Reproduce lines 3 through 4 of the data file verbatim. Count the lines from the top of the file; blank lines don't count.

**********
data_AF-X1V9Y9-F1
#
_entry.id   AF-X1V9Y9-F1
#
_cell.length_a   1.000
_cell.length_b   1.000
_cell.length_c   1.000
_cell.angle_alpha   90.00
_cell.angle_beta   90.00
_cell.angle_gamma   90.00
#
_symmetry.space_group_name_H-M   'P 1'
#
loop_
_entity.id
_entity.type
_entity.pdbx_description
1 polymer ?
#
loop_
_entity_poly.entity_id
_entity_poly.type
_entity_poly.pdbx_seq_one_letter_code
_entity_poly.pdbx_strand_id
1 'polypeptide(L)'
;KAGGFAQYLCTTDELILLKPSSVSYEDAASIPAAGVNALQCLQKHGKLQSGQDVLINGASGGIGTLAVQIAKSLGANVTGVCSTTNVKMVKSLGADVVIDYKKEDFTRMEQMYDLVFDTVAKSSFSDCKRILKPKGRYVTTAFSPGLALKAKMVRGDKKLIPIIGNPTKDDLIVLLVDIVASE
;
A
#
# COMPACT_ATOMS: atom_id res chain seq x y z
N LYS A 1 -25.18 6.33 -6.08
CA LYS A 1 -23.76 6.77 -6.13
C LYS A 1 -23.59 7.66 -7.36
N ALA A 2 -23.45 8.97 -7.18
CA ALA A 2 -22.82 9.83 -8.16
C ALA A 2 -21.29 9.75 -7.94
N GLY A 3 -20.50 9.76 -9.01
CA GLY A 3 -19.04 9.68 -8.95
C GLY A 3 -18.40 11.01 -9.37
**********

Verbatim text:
_entry.id   AF-X1V9Y9-F1
#